This biography of a living person needs additional citations for verification. Please help by adding reliable sources. Contentious material about living persons that is unsourced or poorly sourced must be removed immediately from the article and its talk page, especially if potentially libelous.Find sources: "Gregg Mayles" – news · newspapers · books · scholar · JSTOR (December 2015) (Learn how and when to remove this template message)
Gregg Mayles
Born29 April
OccupationVideo game designer
EmployerRare

Gregg Mayles (born 29 April)[1][non-primary source needed] is a British video game designer currently working for video game company Rare as creative director. He is one of the longest-serving members of the company, having worked there since 1989.[2]

Career

Mayles began his career as a designer of the Battletoads series and the Donkey Kong Country series, and was one of the creators of the characters Diddy Kong and King K. Rool. After his work on DKC, he came up with an idea about an action-adventure game influenced by his recent work on the series. The project was greenlit for release first on the Super Nintendo Entertainment System and then on the Nintendo 64. Codenamed Project Dream, the game was to be about a boy who went up on a magical adventure to a pirate island. The concept was scrapped, and the hero was changed to bear based on one from Diddy Kong Racing with a backpack, with the latter winnowed by Mayles's trip to Japan. There went the critically acclaimed Banjo-Kazooie series.[3]

After the success of Banjo-Kazooie, Mayles did additional design on Donkey Kong 64, which was based on the concept of Mayles's project. Then, Mayles directed the long-awaited sequel, Banjo-Tooie, which was even more acclaimed than its predecessor. After Banjo-Tooie, Mayles did design on Conker's Bad Fur Day and Star Fox Adventures. Mayles directed the design of the 2003 game Grabbed by the Ghoulies, which was reviewed poorly by the press. The game's protagonist, Cooper, resembles Mayles himself. Then he worked on some other projects before playing a key role in creating the game Viva Piñata. It first came to life as an idea from Tim Stamper, and then it resulted in a full game influenced by the Animal Crossing and Story of Seasons series. It was released in 2006 and was well received. Mayles also took part in designing its sequel, Viva Piñata: Trouble in Paradise.

In 2006, Mayles decided to go back to his roots, and started a new Banjo-Kazooie project with a new feature: car building. It was announced at X06, and was titled Banjo-Kazooie: Nuts & Bolts.[4] The game was released in 2008. After Nuts & Bolts, Mayles did work on the Xbox 360 version of Sonic & Sega All-Stars Racing and on Kinect Sports. Mayles also served as the creative director for 2018's Sea of Thieves;[5] one of the in-game songs is named in his honour.[6][7][better source needed]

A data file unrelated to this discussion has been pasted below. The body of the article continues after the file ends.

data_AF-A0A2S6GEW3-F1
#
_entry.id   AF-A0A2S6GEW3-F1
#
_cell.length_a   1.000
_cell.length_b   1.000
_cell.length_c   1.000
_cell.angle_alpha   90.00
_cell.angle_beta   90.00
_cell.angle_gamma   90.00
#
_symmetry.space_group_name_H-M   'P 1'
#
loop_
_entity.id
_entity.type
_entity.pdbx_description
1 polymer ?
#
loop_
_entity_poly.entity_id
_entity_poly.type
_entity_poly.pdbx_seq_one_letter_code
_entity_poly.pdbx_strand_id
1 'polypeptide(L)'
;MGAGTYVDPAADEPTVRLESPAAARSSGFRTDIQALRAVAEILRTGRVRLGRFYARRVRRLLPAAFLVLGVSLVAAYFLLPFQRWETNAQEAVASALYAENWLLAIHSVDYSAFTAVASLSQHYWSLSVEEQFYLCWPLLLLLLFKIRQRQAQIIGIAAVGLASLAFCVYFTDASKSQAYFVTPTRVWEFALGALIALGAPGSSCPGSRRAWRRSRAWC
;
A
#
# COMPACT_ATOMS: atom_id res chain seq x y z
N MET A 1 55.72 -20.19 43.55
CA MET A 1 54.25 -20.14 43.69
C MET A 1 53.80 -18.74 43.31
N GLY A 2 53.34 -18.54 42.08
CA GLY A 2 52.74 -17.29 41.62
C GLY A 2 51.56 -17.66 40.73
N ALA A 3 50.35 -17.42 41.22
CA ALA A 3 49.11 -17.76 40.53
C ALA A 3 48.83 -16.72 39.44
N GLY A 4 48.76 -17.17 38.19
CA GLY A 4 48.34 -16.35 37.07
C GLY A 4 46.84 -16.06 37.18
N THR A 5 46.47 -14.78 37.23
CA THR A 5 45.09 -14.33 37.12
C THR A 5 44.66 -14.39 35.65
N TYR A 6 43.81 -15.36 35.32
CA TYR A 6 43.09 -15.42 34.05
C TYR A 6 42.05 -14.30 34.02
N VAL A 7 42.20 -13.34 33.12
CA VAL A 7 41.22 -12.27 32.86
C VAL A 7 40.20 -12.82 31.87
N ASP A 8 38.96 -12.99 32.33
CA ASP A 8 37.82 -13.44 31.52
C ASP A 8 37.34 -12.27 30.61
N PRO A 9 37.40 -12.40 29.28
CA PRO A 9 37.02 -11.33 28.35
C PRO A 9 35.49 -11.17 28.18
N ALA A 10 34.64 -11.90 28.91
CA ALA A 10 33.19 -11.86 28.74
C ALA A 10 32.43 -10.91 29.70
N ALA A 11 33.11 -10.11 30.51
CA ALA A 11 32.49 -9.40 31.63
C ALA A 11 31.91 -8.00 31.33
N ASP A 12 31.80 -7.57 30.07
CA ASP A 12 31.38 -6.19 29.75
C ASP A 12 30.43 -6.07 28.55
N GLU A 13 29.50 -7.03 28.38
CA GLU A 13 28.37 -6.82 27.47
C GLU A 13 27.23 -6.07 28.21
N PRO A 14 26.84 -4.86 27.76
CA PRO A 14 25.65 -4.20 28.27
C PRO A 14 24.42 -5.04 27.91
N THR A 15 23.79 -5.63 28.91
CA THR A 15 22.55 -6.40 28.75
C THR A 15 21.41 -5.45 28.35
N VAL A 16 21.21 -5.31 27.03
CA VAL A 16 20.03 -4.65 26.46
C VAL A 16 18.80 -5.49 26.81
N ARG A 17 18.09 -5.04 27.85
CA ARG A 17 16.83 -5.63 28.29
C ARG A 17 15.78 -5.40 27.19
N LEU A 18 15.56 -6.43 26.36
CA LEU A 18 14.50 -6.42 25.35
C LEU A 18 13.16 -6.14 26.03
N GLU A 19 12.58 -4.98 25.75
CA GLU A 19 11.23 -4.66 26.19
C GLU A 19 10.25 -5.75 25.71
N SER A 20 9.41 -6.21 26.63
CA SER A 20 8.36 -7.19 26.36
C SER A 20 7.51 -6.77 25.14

In 2007, Tim and Chris Stamper left Rare to "pursue other opportunities", and Mark Betteridge along with Mayles replaced them as studio director and creative director, respectively.[8] Mayles also donates money for poor children. He started a "Very Purple Marathon" in April 2009. The marathon was supported by Rare itself, donating 2,110 euros.[citation needed] His younger brother is video game artist Steve Mayles, who also worked at Rare from 1992 to 2014. His nephew, who was born in 2006, is named Leo Mayles.

Works

Year Title Platform(s) Director Designer Other Notes
1990 Solar Jetman NES No No Yes Critical feedback
1991 Battletoads No Yes No
1994 Battletoads Arcade Arcade No Yes No
Donkey Kong Country SNES No Yes No
1995 Donkey Kong Country 2: Diddy's Kong Quest No Yes Yes Also producer
1996 Donkey Kong Country 3: Dixie Kong's Double Trouble! No No Yes Special thanks
1998 Banjo-Kazooie N64 Yes Lead Yes Also "chief of ideas" and project leader
1999 Donkey Kong 64 No No Yes Support
2000 Banjo-Tooie No Yes No Credited as part of "The Banjo-Tooie Team"
2001 Conker's Bad Fur Day No Add. No
2002 Star Fox Adventures GameCube No No Yes Special thanks: Rare
2003 Banjo-Kazooie: Grunty's Revenge GBA No No Yes Special thanks
Grabbed by the Ghoulies Xbox No Yes No
2004 Sabre Wulf GBA No No Yes Original concept
2005 It's Mr. Pants! No No Yes
Perfect Dark Zero Xbox 360 No No Yes Rare management
Kameo No No Yes
2006 Viva Piñata No Yes No
2007 Jetpac Refuelled No No Yes Rare management
2008 Viva Piñata: Trouble in Paradise No No Yes
Viva Piñata: Pocket Paradise Nintendo DS No No Yes
Banjo-Kazooie: Nuts & Bolts Xbox 360 Yes Yes No Credited for "Daft Ideas and Vehicle Gluing"
2010 Kinect Sports No Yes No
Sonic & SEGA All-Stars Racing No No Yes Special thanks
2012 Fable: The Journey No No Yes
2014 Kinect Sports Rivals Xbox One No Yes No
2018 Sea of Thieves Xbox One, Windows, Xbox Series X/S Yes Yes No Credited as Grogg Mayles
2019 Super Smash Bros. Ultimate Switch No No Yes Original Game Supervisors: Rare Ltd. (Banjo-Kazooie Fighters Pass DLC)
2020 Battletoads Xbox One, Windows No No Yes Special thanks
TBA Everwild Windows, Xbox Series X/S, Xbox Cloud Gaming Yes No No In development

References

  1. ^ "Gregg Mayles on Twitter". Retrieved 30 April 2017.
  2. ^ "CS Sessions – Gregg Mayles". 10 March 2013. Archived from the original on 15 August 2016. Retrieved 26 June 2016.
  3. ^ "Rare Vintage: Part One – Edge Magazine". Next-gen.biz. Archived from the original on 18 December 2010. Retrieved 15 July 2011.
  4. ^ "Site Spiral Mountain talks with Gregg Mayles about new Banjo-Kazooie game. May 15, 2008". Rarewarearchives.co.uk. Archived from the original on 12 June 2011. Retrieved 15 July 2011.
  5. ^ "Sea of Thieves is not free-to-play, Rare confirms". Eurogamer. 16 June 2016.
  6. ^ Shanty Selects, Vol. 1 (Media notes). Microsoft. 2020.
  7. ^ E3 2016: "Grogg Mayles" Sea of Thieves Live Performance (Motion picture). 18 June 2016. Archived from the original on 21 December 2021.
  8. ^ Rare Co-Founders Part Ways. January 2, 2007.[dead link]

Interviews